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Brat and Buda

25 Aug

In April around Easter, during what is Semana Santa in Spain, two of my friends Suzanne and Julie were visiting. I had a rare long weekend off and was determined to make the most of it. So we took off for a day in Prague, a day in Bratislava, Slovakia, and  two days in Budapest, Hungary. It was awesome! One of the more interesting trips I’ve taken and very chill (somehow it was relaxing even though we were moving around every day or so). I won’t write too much, mostly just share some pics. I will say though that Bratislava really impressed me. I didn’t have many expectations for the small city, especially compared to Budapest, which I had heard several good things about. But when we arrived we found a very charming city with an enchanting old town area and a lively and classy new area along the Danube. I wish we had had more time there, but I’m glad I at least got to see it.

me and Julie on the Charles Bridge

Suz and I while walking up to the Prague Castle

in front of the Bratislava Opera House

DELICIOUS Slovakian dumplings (similar to perogis)

old and new bridges over the Danube in Bratislava

fancy cocktails along the Danube at an outdoor cafe

Budapest, parliament building behind us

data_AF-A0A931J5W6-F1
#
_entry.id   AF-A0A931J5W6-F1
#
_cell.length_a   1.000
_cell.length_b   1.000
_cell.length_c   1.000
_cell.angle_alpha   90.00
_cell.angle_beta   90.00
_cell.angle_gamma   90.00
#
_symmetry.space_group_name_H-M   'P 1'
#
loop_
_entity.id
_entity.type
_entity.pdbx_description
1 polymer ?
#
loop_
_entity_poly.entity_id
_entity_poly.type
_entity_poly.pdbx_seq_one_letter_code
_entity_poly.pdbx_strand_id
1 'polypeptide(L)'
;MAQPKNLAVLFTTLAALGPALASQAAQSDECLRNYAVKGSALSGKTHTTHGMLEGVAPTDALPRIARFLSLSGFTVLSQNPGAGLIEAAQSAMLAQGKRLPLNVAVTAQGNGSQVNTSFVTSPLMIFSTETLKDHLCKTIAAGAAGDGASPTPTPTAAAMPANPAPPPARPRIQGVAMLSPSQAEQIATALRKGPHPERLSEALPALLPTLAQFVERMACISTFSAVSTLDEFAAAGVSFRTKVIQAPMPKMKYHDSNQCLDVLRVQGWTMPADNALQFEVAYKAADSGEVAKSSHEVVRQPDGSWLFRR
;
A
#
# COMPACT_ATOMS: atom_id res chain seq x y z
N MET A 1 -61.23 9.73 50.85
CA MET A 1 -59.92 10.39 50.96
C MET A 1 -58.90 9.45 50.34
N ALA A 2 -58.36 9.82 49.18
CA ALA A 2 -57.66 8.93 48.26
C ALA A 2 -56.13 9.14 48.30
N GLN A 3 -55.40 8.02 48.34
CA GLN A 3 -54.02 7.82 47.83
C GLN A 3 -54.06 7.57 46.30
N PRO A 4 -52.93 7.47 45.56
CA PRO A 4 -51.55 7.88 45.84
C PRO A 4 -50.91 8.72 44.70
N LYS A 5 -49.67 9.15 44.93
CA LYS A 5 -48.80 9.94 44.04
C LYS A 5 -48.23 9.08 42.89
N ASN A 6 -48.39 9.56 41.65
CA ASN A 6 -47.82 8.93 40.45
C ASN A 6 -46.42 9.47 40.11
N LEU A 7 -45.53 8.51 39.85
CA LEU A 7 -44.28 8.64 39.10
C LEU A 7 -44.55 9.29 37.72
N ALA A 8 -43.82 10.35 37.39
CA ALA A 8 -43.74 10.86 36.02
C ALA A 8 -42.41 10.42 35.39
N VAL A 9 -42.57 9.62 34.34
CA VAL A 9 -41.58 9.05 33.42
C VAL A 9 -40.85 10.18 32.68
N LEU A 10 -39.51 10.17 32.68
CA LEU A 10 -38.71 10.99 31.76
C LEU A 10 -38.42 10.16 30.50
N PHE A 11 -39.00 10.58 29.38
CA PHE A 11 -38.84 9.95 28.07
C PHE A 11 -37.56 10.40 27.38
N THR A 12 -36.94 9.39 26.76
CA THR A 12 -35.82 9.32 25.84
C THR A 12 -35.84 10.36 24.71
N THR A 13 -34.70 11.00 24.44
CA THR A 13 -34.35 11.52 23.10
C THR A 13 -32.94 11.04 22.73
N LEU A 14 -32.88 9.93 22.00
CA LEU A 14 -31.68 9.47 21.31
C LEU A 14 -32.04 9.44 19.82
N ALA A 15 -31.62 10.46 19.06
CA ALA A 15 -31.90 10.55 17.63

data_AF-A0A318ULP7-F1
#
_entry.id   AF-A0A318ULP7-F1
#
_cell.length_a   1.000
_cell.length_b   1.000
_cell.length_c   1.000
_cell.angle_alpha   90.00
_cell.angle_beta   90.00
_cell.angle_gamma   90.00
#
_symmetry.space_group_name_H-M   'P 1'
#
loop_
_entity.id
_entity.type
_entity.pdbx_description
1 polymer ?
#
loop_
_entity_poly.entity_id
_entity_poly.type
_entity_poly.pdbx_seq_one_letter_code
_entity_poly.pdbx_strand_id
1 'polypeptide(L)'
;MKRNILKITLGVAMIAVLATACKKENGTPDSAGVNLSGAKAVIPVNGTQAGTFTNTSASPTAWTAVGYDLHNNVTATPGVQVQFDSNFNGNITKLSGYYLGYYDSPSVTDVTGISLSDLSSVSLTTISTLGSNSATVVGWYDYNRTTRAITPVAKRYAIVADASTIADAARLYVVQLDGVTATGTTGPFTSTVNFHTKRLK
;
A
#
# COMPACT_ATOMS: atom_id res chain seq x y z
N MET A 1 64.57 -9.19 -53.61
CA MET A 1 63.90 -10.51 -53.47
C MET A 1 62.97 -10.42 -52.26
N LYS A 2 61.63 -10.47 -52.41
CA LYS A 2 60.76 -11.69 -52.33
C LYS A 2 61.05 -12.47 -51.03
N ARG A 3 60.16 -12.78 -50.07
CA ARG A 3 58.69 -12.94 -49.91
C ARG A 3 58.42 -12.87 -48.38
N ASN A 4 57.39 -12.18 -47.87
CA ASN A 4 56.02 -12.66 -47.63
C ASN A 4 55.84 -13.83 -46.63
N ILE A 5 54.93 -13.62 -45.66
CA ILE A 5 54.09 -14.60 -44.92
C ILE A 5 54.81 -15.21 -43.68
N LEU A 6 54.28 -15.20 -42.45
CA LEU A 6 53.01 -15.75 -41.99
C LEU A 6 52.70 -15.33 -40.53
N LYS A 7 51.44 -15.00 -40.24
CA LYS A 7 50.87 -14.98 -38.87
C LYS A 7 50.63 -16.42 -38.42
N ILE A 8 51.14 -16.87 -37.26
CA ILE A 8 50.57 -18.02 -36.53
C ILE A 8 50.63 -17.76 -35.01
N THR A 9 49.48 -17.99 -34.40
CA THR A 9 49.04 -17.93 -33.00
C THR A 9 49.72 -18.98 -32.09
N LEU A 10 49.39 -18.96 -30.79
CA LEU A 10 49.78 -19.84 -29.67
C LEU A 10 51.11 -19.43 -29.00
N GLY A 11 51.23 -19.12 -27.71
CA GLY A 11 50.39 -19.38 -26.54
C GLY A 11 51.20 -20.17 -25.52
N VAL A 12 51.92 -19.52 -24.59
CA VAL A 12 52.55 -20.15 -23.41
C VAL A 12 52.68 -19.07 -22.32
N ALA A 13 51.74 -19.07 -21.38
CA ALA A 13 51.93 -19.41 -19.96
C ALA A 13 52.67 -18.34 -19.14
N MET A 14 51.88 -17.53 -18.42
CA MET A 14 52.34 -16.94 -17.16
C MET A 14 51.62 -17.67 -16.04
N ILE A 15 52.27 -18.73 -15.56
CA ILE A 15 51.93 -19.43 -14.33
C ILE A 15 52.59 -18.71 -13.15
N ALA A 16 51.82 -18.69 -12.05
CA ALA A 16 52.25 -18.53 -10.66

in front of the Budapest Opera House

Like I said above, it was an awesome trip. We saw some cool new places, lounged in the famous baths in Budapest, and sampled some tasty, tasty Slovakian and Hungarian food. And most importantly I had the chance to make new memories with old friends.

la la

Road Trip, Destination: Munich

29 Apr

I’m playing catch-up here so this one goes back to the beginning of March…

At the end of February my old Wobblers FC (coed soccer team I played on in Arlington) teammates, Cheryl and Pete, told me they were thinking about coming over to Europe for a long weekend and wanted to know if I could meet up with them somewhere. (Cheryl works for United Airlines so the idea of a long weekend isn’t so crazy for them when they can fly first class basically for free.) Next thing I knew they had booked a flight to Munich for the first weekend in March. So Jess, our friend Lisa, and I took the company car on a little road trip on the autobahn…

It was smooth sailing on the way there, we made it to the hostel in just about four hours. And that was even after driving around in the city for about 20 minutes until we found the streets we needed. We met up with Cheryl and Pete at a beer hall in the city center and enjoyed some steins of beer with them before turning in for the night.

Cheryl and Pete at Hofbrhaus